18 Alcohol Withdrawal Symptoms, Quit Alcohol Addiction & Medication Programs

18 Alcohol Withdrawal Symptoms:

  • Headaches
  • Insomnia or disrupted sleep
  • Anxiety
  • Trembling hands
  • Sweating or cold, clammy skin
  • Low Appetite
  • Nausea
  • Vomiting
  • Changes in blood pressure and heart rate
  • Visual, auditory and tactile hallucinations
  • Sensitivity to light and sound
  • Irritability
  • Agitation
  • Confusion
  • Seizures
  • Delirium tremens
  • Depression

Quitting Alcohol Addiction

Strategies to Quit Alcohol Addiction

  • Make a commitment to quit: Decide that you will no longer drink alcohol, set a timeline and stick to it.
  • Create a plan: Develop a plan to manage cravings and triggers, including healthy activities to engage in when the urge strikes.
  • Find social support: Surround yourself with positive people who understand and support your efforts to quit drinking.
  • Identify possible triggers: Make a list of things that you know may cause you to reach for a drink and work on avoiding or managing them.
  • Reduce stress: Stress can be a major factor in alcoholism, so engage in activities that promote relaxation and reduce stress.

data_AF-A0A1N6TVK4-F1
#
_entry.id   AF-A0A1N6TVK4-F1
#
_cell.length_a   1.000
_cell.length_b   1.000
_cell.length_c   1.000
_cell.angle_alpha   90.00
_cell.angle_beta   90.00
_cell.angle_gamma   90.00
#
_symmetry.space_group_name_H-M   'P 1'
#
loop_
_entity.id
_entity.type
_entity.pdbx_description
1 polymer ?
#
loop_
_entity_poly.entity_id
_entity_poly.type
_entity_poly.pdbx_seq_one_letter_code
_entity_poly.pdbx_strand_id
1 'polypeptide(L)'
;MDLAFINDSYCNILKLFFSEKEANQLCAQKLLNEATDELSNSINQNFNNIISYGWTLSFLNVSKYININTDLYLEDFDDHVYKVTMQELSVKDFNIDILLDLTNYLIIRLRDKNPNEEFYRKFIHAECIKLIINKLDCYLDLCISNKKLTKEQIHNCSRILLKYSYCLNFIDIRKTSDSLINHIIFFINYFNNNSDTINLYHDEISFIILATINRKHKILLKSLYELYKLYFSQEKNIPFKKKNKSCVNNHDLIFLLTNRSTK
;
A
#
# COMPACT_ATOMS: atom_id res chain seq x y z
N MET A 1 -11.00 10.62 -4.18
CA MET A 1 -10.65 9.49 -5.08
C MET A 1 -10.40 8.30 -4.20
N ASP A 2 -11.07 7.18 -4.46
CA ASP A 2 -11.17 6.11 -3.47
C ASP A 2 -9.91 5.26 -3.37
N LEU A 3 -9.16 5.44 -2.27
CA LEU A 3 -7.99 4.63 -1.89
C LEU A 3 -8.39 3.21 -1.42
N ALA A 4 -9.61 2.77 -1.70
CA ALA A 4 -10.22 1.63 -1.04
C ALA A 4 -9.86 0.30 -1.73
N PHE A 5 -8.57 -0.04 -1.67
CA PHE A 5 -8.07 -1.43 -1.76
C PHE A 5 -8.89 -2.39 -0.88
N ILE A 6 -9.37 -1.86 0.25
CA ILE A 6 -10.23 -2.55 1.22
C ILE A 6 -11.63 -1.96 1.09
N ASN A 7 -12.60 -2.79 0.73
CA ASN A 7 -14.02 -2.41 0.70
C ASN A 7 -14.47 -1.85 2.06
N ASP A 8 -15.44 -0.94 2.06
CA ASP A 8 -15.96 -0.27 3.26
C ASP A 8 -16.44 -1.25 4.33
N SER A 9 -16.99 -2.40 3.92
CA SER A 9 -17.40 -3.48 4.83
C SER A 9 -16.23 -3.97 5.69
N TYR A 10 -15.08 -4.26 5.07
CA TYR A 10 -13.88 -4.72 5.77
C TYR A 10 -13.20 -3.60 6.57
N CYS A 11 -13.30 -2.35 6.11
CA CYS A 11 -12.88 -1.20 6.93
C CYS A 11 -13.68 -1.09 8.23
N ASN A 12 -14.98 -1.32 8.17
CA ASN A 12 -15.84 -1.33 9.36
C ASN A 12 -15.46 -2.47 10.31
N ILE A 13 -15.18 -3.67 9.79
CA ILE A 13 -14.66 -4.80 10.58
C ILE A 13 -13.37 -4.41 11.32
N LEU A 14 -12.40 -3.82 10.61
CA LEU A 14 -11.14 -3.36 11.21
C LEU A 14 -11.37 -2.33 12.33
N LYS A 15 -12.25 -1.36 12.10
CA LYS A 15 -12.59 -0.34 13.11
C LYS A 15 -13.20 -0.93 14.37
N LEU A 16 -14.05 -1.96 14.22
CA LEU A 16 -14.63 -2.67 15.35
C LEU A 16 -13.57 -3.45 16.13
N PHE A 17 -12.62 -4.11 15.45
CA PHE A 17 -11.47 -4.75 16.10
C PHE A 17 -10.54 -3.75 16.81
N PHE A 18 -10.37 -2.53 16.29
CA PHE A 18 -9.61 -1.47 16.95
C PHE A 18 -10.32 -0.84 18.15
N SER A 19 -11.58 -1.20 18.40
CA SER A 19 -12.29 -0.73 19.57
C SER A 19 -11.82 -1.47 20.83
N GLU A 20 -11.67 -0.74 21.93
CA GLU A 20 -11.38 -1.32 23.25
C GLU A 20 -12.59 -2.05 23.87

• Seek professional help: If you need more help to manage withdrawals, get help from a professional such as a therapist.

Treatment Strategies for Alcoholism

  • Medication: Medications may be prescribed to help manage cravings, reduce the effects of withdrawals, and treat any co-occurring disorders.
  • Counseling: Counseling sessions may be used to help the person understand their addiction, identify triggers and develop skills to manage cravings.
  • Group therapy: Group therapy is beneficial because it provides a supportive environment and an opportunity to interact with other people in recovery.
  • Family therapy: Family therapy is a great way to help loved ones understand the addiction and how to support the person in recovery.
  • 12-step programs: These programs rely on group meetings to provide support, structure, and accountability.
  • Relapse prevention: Relapse prevention strategies can help an individual stay on track with their recovery and identify potential relapse triggers.